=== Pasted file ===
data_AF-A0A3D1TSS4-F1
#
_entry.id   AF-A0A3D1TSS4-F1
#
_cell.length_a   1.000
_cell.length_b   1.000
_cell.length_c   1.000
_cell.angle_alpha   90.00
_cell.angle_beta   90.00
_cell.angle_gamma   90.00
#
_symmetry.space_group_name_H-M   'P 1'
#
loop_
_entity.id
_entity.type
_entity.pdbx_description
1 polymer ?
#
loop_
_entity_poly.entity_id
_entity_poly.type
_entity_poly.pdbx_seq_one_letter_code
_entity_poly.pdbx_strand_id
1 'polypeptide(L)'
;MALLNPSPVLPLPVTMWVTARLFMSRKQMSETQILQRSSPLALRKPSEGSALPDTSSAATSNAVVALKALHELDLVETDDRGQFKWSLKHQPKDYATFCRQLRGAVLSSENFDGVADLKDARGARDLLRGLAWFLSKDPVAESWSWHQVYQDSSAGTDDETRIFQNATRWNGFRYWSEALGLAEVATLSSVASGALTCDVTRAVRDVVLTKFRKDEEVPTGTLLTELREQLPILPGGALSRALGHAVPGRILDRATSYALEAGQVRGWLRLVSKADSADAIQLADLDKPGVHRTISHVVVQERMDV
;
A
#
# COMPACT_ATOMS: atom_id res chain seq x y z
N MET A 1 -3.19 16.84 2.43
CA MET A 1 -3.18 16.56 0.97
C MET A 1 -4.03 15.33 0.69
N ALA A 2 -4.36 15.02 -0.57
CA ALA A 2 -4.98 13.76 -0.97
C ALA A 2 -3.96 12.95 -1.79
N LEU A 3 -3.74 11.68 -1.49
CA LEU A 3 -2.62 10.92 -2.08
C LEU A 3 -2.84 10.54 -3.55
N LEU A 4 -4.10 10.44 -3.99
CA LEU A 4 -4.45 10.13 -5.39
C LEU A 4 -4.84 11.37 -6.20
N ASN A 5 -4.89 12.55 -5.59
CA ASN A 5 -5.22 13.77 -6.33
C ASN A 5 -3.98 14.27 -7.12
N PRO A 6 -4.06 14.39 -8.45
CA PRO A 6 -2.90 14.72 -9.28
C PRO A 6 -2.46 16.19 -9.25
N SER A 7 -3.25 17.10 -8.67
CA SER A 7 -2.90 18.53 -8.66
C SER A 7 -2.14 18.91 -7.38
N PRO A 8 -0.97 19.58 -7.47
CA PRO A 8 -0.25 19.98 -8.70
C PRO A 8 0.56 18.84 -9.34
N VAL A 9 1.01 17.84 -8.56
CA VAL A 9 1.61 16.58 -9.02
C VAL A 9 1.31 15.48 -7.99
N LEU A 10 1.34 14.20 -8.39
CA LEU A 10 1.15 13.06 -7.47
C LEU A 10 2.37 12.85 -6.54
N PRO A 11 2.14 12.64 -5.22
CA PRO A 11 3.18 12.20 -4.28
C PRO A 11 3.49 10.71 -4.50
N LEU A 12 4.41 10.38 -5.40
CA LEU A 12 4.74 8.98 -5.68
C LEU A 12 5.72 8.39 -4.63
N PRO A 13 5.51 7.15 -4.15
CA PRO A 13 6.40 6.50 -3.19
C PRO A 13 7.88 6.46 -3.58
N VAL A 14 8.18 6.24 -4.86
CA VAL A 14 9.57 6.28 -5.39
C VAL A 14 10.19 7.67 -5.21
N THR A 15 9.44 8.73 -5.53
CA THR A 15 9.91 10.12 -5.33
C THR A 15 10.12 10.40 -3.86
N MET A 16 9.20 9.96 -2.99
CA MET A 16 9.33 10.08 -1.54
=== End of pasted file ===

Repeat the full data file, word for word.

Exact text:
data_AF-A0A3D1TSS4-F1
#
_entry.id   AF-A0A3D1TSS4-F1
#
_cell.length_a   1.000
_cell.length_b   1.000
_cell.length_c   1.000
_cell.angle_alpha   90.00
_cell.angle_beta   90.00
_cell.angle_gamma   90.00
#
_symmetry.space_group_name_H-M   'P 1'
#
loop_
_entity.id
_entity.type
_entity.pdbx_description
1 polymer ?
#
loop_
_entity_poly.entity_id
_entity_poly.type
_entity_poly.pdbx_seq_one_letter_code
_entity_poly.pdbx_strand_id
1 'polypeptide(L)'
;MALLNPSPVLPLPVTMWVTARLFMSRKQMSETQILQRSSPLALRKPSEGSALPDTSSAATSNAVVALKALHELDLVETDDRGQFKWSLKHQPKDYATFCRQLRGAVLSSENFDGVADLKDARGARDLLRGLAWFLSKDPVAESWSWHQVYQDSSAGTDDETRIFQNATRWNGFRYWSEALGLAEVATLSSVASGALTCDVTRAVRDVVLTKFRKDEEVPTGTLLTELREQLPILPGGALSRALGHAVPGRILDRATSYALEAGQVRGWLRLVSKADSADAIQLADLDKPGVHRTISHVVVQERMDV
;
A
#
# COMPACT_ATOMS: atom_id res chain seq x y z
N MET A 1 -3.19 16.84 2.43
CA MET A 1 -3.18 16.56 0.97
C MET A 1 -4.03 15.33 0.69
N ALA A 2 -4.36 15.02 -0.57
CA ALA A 2 -4.98 13.76 -0.97
C ALA A 2 -3.96 12.95 -1.79
N LEU A 3 -3.74 11.68 -1.49
CA LEU A 3 -2.62 10.92 -2.08
C LEU A 3 -2.84 10.54 -3.55
N LEU A 4 -4.10 10.44 -3.99
CA LEU A 4 -4.45 10.13 -5.39
C LEU A 4 -4.84 11.37 -6.20
N ASN A 5 -4.89 12.55 -5.59
CA ASN A 5 -5.22 13.77 -6.33
C ASN A 5 -3.98 14.27 -7.12
N PRO A 6 -4.06 14.39 -8.45
CA PRO A 6 -2.90 14.72 -9.28
C PRO A 6 -2.46 16.19 -9.25
N SER A 7 -3.25 17.10 -8.67
CA SER A 7 -2.90 18.53 -8.66
C SER A 7 -2.14 18.91 -7.38
N PRO A 8 -0.97 19.58 -7.47
CA PRO A 8 -0.25 19.98 -8.70
C PRO A 8 0.56 18.84 -9.34
N VAL A 9 1.01 17.84 -8.56
CA VAL A 9 1.61 16.58 -9.02
C VAL A 9 1.31 15.48 -7.99
N LEU A 10 1.34 14.20 -8.39
CA LEU A 10 1.15 13.06 -7.47
C LEU A 10 2.37 12.85 -6.54
N PRO A 11 2.14 12.64 -5.22
CA PRO A 11 3.18 12.20 -4.28
C PRO A 11 3.49 10.71 -4.50
N LEU A 12 4.41 10.38 -5.40
CA LEU A 12 4.74 8.98 -5.68
C LEU A 12 5.72 8.39 -4.63
N PRO A 13 5.51 7.15 -4.15
CA PRO A 13 6.40 6.50 -3.19
C PRO A 13 7.88 6.46 -3.58
N VAL A 14 8.18 6.24 -4.86
CA VAL A 14 9.57 6.28 -5.39
C VAL A 14 10.19 7.67 -5.21
N THR A 15 9.44 8.73 -5.53
CA THR A 15 9.91 10.12 -5.33
C THR A 15 10.12 10.40 -3.86
N MET A 16 9.20 9.96 -2.99
CA MET A 16 9.33 10.08 -1.54